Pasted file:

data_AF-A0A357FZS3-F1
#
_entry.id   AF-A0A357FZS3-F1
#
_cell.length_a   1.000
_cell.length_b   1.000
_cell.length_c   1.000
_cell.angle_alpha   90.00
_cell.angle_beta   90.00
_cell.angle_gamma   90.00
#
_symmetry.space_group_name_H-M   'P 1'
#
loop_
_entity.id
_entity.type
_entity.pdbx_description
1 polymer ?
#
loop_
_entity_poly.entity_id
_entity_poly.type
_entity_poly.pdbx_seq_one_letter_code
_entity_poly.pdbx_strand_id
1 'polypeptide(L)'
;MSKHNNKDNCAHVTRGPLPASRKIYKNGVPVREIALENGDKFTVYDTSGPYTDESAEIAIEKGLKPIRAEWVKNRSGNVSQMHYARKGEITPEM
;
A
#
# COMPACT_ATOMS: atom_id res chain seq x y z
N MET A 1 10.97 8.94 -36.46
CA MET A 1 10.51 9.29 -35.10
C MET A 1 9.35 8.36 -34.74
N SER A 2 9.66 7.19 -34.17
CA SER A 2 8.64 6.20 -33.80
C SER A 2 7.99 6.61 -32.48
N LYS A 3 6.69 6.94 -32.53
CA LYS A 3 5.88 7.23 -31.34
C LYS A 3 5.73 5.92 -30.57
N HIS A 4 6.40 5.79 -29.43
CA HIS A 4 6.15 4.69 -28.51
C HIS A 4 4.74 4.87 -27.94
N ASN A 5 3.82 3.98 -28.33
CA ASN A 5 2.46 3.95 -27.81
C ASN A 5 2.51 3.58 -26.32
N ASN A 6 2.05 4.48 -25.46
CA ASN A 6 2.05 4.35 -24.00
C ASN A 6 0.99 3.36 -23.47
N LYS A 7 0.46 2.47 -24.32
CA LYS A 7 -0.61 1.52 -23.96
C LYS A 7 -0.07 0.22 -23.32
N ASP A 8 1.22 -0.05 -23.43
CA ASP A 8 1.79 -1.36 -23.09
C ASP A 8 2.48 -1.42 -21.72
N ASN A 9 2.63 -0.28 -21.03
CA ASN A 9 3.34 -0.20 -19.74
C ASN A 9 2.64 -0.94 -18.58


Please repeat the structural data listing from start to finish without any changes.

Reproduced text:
data_AF-A0A357FZS3-F1
#
_entry.id   AF-A0A357FZS3-F1
#
_cell.length_a   1.000
_cell.length_b   1.000
_cell.length_c   1.000
_cell.angle_alpha   90.00
_cell.angle_beta   90.00
_cell.angle_gamma   90.00
#
_symmetry.space_group_name_H-M   'P 1'
#
loop_
_entity.id
_entity.type
_entity.pdbx_description
1 polymer ?
#
loop_
_entity_poly.entity_id
_entity_poly.type
_entity_poly.pdbx_seq_one_letter_code
_entity_poly.pdbx_strand_id
1 'polypeptide(L)'
;MSKHNNKDNCAHVTRGPLPASRKIYKNGVPVREIALENGDKFTVYDTSGPYTDESAEIAIEKGLKPIRAEWVKNRSGNVSQMHYARKGEITPEM
;
A
#
# COMPACT_ATOMS: atom_id res chain seq x y z
N MET A 1 10.97 8.94 -36.46
CA MET A 1 10.51 9.29 -35.10
C MET A 1 9.35 8.36 -34.74
N SER A 2 9.66 7.19 -34.17
CA SER A 2 8.64 6.20 -33.80
C SER A 2 7.99 6.61 -32.48
N LYS A 3 6.69 6.94 -32.53
CA LYS A 3 5.88 7.23 -31.34
C LYS A 3 5.73 5.92 -30.57
N HIS A 4 6.40 5.79 -29.43
CA HIS A 4 6.15 4.69 -28.51
C HIS A 4 4.74 4.87 -27.94
N ASN A 5 3.82 3.98 -28.33
CA ASN A 5 2.46 3.95 -27.81
C ASN A 5 2.51 3.58 -26.32
N ASN A 6 2.05 4.48 -25.46
CA ASN A 6 2.05 4.35 -24.00
C ASN A 6 0.99 3.36 -23.47
N LYS A 7 0.46 2.47 -24.32
CA LYS A 7 -0.61 1.52 -23.96
C LYS A 7 -0.07 0.22 -23.32
N ASP A 8 1.22 -0.05 -23.43
CA ASP A 8 1.79 -1.36 -23.09
C ASP A 8 2.48 -1.42 -21.72
N ASN A 9 2.63 -0.28 -21.03
CA ASN A 9 3.34 -0.20 -19.74
C ASN A 9 2.64 -0.94 -18.58